The false dichotomy is one of those fallacies that many people do not notice in a heated discourse. My impetus for writing another fun with fallacies and picking this fallacy was that I ran into a youtube video where the core argument on an abstract level was “Either you accept all aspects of an ideology, or you are an enemy of that ideology”. If you’re read my post on religion vs ideology, here is your sign
At the core of a false dichotomy is a choice between two things, but those two are not your only options. “You are either with us or against us” is a false dichotomy in that you can always be ambivalent. One area in which humans are very prone to this type of fallacy is in our love lives. I’m fairly certain that everyone who reads this has had a friend with “oneitis” who is playing the “If I don’t get with her, I’ll be alone for the rest of my life.”
A way to spot a false dichotomy is by comparing the choice to the choice of “Live or die” there are only 2 options here, if you think there are more then odds are someone is trying to convince you through using a false dichotomy.
What does make something a religion though? If you think about it, ideologies have traits of religion, they have value systems, doctrines, a view of morality and a perspective on how society should be organized. One could argue that the addition of a supernatural being as central to the ideology elevates a mere system of Continue reading
As I wrote in my short introduction to rhetoric, it consists of three parts according to Aristotle, credibility (ethos) the emotion and psychology of the audience (pathos) and the patterns of reasoning (logos). Out of those three aspects, one is focused on the message being conveyed from the speaker to the listener, Continue reading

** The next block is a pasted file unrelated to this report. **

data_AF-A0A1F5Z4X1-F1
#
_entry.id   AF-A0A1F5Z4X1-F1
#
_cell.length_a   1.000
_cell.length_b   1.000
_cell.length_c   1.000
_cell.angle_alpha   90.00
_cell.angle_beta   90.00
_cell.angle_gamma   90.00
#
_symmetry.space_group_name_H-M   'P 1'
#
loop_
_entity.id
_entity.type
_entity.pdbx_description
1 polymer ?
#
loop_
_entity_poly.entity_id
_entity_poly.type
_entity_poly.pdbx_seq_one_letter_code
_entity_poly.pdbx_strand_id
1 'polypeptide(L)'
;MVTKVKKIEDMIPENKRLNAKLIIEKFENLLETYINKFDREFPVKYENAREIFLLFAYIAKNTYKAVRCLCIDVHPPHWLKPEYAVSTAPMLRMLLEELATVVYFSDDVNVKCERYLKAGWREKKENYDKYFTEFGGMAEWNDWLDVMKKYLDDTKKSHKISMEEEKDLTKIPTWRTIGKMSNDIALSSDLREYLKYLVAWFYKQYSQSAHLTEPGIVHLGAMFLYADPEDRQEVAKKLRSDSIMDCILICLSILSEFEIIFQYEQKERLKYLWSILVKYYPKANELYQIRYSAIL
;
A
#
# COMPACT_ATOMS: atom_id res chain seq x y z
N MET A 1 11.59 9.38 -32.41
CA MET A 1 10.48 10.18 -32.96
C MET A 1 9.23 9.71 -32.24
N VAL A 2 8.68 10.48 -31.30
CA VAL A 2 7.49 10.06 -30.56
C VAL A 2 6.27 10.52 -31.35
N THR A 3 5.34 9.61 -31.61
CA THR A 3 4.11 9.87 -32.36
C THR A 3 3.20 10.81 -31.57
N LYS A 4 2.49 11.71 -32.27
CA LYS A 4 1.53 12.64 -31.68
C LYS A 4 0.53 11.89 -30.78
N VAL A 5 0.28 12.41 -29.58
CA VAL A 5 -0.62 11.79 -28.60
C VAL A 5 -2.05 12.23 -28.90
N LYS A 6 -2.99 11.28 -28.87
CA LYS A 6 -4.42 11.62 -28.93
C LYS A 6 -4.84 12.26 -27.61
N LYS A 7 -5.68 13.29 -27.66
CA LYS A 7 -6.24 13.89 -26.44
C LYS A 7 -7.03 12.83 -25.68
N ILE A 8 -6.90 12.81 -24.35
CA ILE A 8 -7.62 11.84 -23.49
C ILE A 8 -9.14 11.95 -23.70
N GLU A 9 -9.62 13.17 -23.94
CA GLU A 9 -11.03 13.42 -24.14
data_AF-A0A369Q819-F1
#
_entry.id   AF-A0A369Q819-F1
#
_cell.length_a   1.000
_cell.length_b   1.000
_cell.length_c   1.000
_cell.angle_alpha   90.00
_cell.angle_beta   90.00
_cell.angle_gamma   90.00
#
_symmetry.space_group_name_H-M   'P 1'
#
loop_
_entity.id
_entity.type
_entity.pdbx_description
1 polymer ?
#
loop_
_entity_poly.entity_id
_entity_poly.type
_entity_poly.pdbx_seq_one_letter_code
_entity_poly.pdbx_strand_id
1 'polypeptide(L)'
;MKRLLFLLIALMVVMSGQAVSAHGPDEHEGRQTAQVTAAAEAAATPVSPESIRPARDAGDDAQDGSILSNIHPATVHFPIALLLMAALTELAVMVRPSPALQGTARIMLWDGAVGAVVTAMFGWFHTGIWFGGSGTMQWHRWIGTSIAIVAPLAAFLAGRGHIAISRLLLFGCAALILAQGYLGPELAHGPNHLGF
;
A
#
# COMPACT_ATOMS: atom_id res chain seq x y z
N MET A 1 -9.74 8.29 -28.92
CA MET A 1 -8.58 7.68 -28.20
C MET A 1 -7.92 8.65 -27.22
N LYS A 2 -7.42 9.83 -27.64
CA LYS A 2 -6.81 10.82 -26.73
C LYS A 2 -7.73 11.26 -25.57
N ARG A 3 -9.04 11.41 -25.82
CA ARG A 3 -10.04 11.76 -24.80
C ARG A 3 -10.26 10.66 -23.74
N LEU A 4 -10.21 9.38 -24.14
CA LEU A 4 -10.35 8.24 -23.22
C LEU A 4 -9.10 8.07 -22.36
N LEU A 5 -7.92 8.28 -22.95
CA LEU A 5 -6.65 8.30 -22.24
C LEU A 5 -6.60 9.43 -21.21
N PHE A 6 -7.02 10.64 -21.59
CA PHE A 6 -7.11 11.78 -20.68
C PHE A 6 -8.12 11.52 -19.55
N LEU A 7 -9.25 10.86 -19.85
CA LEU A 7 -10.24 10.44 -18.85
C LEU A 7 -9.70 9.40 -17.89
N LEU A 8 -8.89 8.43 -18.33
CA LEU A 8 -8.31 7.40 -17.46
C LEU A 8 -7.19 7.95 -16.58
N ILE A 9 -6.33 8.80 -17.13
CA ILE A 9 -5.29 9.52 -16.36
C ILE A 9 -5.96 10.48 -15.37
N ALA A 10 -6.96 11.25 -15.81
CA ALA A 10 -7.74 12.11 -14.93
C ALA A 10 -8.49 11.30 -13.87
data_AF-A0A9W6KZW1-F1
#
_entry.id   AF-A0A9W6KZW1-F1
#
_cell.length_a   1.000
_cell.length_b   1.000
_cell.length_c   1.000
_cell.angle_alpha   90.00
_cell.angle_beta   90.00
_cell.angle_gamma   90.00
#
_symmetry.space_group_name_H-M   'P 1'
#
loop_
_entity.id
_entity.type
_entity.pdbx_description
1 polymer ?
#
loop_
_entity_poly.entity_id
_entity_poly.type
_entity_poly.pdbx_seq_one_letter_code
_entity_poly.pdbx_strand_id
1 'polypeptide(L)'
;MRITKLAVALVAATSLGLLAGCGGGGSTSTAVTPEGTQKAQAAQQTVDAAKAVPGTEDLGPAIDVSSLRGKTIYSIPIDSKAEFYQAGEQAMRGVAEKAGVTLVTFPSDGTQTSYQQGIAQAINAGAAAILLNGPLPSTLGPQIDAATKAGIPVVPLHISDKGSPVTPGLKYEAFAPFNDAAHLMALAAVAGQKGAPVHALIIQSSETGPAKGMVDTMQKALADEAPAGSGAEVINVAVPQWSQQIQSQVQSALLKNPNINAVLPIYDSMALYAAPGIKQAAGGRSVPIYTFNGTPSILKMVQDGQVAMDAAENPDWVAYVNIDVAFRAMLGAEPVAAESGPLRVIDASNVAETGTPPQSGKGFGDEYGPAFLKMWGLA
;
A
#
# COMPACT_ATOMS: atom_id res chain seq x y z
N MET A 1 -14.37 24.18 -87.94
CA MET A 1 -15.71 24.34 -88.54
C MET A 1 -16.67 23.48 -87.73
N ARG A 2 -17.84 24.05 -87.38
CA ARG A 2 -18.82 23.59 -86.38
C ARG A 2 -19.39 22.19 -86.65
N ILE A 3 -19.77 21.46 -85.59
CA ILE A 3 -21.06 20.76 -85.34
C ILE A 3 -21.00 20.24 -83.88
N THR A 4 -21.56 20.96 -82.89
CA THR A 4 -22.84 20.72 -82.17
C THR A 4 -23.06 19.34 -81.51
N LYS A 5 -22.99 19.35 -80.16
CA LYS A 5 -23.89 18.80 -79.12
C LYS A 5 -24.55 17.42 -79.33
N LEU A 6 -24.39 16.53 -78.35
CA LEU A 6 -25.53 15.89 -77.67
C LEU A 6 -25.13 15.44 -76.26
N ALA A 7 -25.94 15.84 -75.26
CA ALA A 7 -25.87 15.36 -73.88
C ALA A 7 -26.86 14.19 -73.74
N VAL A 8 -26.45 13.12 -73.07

The debate about reproductive rights, has been going on since the Teheran proclamation in 1968. 
Some of the language is interesting, a man “gets a woman pregnant” Continue reading
I touched on grounded theory as a research method in my short introduction to research methodology. To expand on it, grounded theory is an approach that turns the research paradigm on its head. Where a positivist and phenomenologist tend to start by reading exhaustively on a topic, selecting a theoretical framework and then performing experiments to see if the framework applies in the specific case they are studying in. Grounded theory starts with a question or qualitative observations.
I spend more time than I should online, and lately I’ve come across various videos and blog posts based around privilege, that I’m sorry to say leave me with more questions than I’m comfortable with, so I hope I can get some answers.
Shifting the burden of proof, is a fallacy so common that pointing it out is exhausting. The accepted decorum in debates and arguments is that the burden of proof is on the person making a claim. So, if I claim that there is a hobbit living in my television, I have to prove that claim, I cannot demand that it be treated as true until proven false.
This is also a very common argument that Atheists run into when debating believers, where they will run into a variant on
“You are making the claim that God does not exist, therefore you have to prove that he does not”
The reason why this is burden of proof shifting is that without a claim to there being a god, the Atheist position would not exist. The cause and effect cannot be:
There is no God! – > There is a God.
Where the negative claim comes before the positive claim. The positive claim always comes first and thus has the burden of proof. This is one of the funnier things to see in popular news programs or debate shows, where the people claiming that “X does not exist” are the ones that have to provide evidence.